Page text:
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In many countries in Asia, new forms of authoritarianism are on the rise. In the Philippines, Rodrigo Duterte—a former mayor accused of organizing death squads and who promised to make the fish of Manila Bay grow fat from the bodies of drug dealers—won the presidential elections in 2016. In Thailand in 2014, a general who had favored cracking down on demonstrators led other military leaders in launching a coup against the democratically elected government.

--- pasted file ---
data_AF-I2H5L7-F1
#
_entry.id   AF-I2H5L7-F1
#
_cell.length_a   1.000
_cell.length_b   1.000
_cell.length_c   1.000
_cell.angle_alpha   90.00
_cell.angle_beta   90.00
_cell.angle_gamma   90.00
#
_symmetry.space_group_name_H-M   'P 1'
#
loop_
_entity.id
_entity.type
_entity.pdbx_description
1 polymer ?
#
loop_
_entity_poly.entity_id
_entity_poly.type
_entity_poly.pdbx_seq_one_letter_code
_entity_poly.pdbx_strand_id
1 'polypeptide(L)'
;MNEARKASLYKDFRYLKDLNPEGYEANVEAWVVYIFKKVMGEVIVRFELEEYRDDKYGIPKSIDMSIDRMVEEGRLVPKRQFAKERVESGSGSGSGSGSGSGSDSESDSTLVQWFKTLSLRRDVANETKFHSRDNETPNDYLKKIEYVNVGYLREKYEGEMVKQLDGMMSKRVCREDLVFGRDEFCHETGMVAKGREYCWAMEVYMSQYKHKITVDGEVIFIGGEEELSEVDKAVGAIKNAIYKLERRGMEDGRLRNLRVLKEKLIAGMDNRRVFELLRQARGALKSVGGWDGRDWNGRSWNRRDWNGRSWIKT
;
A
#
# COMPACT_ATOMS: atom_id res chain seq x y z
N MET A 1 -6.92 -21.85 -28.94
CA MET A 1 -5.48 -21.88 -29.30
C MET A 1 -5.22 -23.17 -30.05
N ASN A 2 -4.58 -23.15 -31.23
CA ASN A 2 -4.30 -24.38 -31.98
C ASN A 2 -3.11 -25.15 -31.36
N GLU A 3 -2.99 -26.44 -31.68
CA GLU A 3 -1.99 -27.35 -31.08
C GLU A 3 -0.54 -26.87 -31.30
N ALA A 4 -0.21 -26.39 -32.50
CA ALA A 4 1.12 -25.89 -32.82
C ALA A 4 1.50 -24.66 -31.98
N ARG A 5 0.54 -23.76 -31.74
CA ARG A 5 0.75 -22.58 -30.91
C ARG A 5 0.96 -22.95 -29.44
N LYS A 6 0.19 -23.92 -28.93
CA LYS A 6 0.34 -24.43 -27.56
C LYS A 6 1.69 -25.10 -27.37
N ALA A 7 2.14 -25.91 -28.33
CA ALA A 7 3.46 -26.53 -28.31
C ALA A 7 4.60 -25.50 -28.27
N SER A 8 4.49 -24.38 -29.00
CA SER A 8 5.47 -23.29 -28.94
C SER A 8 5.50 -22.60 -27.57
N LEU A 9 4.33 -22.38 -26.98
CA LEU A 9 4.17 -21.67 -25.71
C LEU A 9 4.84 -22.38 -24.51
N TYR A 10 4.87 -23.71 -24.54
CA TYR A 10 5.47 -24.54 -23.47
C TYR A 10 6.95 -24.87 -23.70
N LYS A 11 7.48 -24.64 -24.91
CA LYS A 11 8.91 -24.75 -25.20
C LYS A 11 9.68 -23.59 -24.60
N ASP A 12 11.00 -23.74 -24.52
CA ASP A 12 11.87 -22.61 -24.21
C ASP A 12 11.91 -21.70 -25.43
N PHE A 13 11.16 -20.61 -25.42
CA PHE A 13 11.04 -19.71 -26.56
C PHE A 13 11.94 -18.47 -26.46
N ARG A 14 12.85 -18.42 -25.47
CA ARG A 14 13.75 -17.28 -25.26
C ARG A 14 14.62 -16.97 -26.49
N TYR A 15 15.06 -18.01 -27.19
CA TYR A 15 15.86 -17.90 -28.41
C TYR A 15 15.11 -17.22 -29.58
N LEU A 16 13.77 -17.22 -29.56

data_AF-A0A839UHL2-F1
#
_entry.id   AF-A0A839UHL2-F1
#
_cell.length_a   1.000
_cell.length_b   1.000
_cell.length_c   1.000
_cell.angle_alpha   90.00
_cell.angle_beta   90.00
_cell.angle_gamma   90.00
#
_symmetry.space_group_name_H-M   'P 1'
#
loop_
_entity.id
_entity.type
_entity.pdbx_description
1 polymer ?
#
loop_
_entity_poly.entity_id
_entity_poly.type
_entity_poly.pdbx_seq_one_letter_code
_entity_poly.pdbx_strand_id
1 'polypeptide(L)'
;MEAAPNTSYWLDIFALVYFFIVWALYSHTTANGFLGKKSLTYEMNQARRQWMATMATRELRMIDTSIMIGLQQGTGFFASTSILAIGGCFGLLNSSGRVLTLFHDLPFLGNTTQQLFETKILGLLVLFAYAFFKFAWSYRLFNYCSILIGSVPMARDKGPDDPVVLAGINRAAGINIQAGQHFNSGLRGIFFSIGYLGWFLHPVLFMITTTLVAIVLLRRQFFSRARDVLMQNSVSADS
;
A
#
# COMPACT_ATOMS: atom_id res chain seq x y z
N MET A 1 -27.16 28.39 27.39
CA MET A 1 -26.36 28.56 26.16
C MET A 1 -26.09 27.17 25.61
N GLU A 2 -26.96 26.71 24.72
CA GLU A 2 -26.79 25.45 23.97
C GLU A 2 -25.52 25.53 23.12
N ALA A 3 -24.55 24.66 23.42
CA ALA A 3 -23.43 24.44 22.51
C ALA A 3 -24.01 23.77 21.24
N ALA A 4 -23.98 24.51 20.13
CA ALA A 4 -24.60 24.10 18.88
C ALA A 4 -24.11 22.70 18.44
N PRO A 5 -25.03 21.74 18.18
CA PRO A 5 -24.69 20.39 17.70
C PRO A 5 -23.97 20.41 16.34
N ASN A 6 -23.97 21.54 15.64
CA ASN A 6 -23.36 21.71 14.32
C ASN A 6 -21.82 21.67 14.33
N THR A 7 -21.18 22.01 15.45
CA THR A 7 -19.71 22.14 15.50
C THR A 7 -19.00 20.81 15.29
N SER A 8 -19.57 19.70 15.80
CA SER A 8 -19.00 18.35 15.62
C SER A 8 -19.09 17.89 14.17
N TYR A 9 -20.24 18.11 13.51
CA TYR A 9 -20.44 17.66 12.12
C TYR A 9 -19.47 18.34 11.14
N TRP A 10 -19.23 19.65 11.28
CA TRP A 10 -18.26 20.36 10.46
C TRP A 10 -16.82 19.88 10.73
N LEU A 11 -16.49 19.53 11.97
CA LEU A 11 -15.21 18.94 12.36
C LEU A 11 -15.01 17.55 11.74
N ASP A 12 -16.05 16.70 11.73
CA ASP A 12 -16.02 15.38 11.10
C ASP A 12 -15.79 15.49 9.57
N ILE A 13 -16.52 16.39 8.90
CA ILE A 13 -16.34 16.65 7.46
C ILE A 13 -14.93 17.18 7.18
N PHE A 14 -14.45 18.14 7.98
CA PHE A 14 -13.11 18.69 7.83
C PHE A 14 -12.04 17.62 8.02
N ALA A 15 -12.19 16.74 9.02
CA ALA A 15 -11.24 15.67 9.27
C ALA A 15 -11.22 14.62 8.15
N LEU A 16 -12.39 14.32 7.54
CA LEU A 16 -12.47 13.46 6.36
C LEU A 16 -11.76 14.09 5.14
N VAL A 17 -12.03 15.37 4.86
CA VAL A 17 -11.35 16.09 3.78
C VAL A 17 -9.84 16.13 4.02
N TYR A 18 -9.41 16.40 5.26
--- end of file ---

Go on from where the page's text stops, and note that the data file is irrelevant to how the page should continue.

In developing country like India, where more than half of its 1.23 billion population is dependent on subsistence farming, both ‘Kisan’ (Farmer) and ‘Krishi’ (Agriculture) become vital constituents of the political economy of the country. Woven around these two unavoidable constituents are the conditions of food security and livelihood, which determine the survival of a vast majority of the country’s population.